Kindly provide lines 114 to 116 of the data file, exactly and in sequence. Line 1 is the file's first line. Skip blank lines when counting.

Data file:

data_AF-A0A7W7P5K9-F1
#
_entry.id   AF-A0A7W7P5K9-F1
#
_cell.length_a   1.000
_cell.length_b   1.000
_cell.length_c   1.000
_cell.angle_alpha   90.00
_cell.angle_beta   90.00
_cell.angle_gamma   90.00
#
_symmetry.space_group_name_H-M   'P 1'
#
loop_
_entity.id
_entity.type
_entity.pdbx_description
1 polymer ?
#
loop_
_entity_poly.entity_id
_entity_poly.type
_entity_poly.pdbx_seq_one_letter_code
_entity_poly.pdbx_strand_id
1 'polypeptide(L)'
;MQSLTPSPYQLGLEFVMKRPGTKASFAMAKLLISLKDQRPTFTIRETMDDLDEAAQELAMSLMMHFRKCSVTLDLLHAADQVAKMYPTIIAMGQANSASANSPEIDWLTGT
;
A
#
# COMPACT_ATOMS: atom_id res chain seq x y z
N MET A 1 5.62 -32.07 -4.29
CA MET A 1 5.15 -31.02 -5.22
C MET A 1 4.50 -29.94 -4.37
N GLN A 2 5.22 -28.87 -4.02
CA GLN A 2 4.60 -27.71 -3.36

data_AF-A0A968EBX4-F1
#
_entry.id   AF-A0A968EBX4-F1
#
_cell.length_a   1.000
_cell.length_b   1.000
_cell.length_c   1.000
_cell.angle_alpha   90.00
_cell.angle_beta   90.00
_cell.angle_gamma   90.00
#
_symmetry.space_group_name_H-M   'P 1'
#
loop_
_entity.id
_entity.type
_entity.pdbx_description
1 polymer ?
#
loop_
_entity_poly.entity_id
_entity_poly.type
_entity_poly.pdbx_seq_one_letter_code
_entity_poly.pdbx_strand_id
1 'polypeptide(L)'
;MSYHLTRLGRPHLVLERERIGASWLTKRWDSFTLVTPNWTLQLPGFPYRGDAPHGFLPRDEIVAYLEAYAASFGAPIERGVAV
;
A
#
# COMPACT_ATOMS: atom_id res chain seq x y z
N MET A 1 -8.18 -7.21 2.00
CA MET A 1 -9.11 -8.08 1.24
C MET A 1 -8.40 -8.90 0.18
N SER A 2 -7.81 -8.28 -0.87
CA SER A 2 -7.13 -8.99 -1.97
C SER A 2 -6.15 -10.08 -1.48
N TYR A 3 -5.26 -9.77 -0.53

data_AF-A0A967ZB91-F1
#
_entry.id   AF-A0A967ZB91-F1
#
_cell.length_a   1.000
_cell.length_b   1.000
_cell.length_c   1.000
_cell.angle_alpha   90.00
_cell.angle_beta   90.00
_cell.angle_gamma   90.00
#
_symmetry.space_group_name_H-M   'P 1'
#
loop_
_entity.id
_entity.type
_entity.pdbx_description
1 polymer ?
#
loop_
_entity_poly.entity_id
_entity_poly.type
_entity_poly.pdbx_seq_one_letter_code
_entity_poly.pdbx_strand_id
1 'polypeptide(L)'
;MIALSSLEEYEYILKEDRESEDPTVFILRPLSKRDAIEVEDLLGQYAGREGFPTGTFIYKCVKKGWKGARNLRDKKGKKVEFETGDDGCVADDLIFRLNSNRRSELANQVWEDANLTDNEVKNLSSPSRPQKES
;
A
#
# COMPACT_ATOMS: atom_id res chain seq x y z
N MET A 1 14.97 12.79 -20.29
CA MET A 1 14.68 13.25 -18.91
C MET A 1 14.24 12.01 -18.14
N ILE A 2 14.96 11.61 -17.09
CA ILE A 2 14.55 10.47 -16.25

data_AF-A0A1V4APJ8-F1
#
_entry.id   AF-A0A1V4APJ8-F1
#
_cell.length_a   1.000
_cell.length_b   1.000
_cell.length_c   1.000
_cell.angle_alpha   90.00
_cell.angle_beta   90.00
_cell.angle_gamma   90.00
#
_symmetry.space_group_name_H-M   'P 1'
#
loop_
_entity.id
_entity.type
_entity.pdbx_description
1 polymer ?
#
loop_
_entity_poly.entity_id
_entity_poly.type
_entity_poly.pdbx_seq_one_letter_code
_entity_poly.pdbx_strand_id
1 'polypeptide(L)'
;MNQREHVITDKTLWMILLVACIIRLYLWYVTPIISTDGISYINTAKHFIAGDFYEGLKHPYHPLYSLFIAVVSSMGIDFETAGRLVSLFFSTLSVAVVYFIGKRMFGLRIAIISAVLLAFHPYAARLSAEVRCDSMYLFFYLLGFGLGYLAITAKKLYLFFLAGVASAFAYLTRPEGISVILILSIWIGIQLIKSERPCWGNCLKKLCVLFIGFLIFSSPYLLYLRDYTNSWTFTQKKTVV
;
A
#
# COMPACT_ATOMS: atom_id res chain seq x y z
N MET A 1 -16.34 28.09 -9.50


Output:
_cell.length_c   1.000
_cell.angle_alpha   90.00
_cell.angle_beta   90.00